Jack Townsend, in his Federal Tax Crimes Blog, discusses United States v. Gill and the court decision where the court held that an FBAR nonwillful penalty survives the death of the person subject to the penalty. The abstract is as follows:
In United States v. Gill, 2021 U.S. Dist. LEXIS 12203 (S.D. Tex. 6/30/21), CL here, the court held that an FBAR nonwillful penalty survives the death of the person subject to the penalty. The decision turned on whether the FBAR nonwillful penalty was remedial or penal in nature. The general rule is that remedial liabilities survive death, but penal liabilities do not. The difference between these two categories is based on tests formulated in Hudson v. United States, 522 U.S. 100-101 (1997) (invoking the multi-factor test under Kennedy v. Mendoza-Martinez, 372 U.S. 144, 168–69, 83 S. Ct. 554 (1963)). Where the cause of action does not fall “neatly” in these categories, the decision is made by “primary purpose of the statute.” (Slip Op. p. 8.) Applying these tests, the Court finds the FBAR civil nonwillful penalty remedial.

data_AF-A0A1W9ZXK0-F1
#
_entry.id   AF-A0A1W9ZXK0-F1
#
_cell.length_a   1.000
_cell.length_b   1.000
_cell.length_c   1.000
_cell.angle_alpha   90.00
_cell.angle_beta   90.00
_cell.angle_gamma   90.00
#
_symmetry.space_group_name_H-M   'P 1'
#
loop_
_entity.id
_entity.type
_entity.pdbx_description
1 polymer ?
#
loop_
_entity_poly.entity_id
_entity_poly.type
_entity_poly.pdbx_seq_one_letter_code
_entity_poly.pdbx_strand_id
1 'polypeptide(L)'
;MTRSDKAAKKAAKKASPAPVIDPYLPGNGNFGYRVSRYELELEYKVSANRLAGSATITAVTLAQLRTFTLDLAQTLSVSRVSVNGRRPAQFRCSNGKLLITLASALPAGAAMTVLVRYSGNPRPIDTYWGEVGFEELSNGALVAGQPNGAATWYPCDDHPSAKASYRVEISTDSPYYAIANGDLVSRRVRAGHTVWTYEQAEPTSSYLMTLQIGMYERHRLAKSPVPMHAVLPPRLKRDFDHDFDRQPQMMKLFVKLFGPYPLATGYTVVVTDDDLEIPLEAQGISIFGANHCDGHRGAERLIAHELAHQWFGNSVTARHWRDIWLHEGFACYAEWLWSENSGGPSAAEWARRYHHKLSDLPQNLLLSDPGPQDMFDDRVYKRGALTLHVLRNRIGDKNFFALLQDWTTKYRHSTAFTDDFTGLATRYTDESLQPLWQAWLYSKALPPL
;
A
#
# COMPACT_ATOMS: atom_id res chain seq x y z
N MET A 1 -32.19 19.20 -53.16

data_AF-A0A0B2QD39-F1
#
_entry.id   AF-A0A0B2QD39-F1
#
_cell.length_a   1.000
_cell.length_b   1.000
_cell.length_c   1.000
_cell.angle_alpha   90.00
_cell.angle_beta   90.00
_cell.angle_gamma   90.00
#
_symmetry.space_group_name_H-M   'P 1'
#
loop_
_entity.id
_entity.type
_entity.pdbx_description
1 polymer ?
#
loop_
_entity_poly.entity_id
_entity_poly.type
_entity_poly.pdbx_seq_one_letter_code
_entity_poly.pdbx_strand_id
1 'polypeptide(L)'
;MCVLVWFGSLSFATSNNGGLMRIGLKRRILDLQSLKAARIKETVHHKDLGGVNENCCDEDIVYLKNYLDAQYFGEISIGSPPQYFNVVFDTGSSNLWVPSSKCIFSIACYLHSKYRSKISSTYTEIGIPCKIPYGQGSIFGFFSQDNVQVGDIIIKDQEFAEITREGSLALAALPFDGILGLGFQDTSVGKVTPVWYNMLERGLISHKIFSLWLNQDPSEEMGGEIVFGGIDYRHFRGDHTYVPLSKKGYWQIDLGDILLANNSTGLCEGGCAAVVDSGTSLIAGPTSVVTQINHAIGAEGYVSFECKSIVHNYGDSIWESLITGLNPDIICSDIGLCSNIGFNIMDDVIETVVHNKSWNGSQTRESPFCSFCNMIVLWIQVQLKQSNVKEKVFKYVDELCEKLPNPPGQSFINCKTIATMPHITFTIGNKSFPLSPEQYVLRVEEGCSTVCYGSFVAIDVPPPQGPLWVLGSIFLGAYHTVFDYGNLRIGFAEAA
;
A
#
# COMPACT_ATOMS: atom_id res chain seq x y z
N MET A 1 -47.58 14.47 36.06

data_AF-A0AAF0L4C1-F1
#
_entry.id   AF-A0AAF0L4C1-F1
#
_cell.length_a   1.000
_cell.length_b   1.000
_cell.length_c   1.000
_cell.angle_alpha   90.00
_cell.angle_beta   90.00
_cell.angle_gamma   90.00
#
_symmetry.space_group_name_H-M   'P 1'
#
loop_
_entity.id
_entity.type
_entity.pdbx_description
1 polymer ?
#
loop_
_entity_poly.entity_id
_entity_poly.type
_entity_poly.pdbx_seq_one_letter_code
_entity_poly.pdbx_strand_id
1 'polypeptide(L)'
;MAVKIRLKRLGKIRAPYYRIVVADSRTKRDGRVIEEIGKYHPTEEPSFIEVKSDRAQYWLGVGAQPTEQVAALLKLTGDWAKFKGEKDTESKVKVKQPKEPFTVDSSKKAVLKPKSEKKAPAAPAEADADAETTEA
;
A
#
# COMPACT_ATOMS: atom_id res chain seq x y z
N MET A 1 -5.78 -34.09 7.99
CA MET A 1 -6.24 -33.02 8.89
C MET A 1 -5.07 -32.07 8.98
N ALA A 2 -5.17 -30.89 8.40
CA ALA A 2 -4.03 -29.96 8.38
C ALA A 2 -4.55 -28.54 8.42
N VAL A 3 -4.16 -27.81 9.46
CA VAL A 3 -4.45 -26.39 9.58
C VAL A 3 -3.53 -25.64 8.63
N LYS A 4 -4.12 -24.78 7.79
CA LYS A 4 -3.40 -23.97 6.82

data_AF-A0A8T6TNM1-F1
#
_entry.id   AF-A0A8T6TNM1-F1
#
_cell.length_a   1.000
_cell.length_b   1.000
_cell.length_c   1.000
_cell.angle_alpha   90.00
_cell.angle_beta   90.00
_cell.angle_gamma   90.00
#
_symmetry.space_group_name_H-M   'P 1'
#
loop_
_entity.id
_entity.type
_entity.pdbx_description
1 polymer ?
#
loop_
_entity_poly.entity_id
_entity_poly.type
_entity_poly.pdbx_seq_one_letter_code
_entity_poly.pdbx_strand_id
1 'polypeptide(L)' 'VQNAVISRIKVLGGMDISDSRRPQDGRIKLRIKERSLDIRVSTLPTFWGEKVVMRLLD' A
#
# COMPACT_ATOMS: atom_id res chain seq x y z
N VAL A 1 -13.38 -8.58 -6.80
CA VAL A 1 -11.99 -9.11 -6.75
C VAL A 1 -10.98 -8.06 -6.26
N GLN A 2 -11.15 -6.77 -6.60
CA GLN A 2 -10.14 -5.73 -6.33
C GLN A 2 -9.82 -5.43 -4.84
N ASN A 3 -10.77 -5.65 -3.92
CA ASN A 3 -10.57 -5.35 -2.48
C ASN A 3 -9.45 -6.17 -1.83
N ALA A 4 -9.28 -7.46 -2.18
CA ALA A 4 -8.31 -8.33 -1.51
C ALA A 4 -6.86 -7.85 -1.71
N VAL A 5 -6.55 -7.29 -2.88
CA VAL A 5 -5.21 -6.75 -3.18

A number of cases (cited by the court in the opinion) have held that the FBAR willful penalty (which in its typical application by the IRS produces larger penalties than would have applied under the nonwillful penalty) was remedial, thus permitting the penalty to survive death. Accordingly, it is not surprising that the nonwillful penalty survives death.
To see the full article, click: “District Court Holds that FBAR Nonwillful Penalty Survives Death”
Posted by Anthony Tran, Associate Editor, Wealth Strategies Journal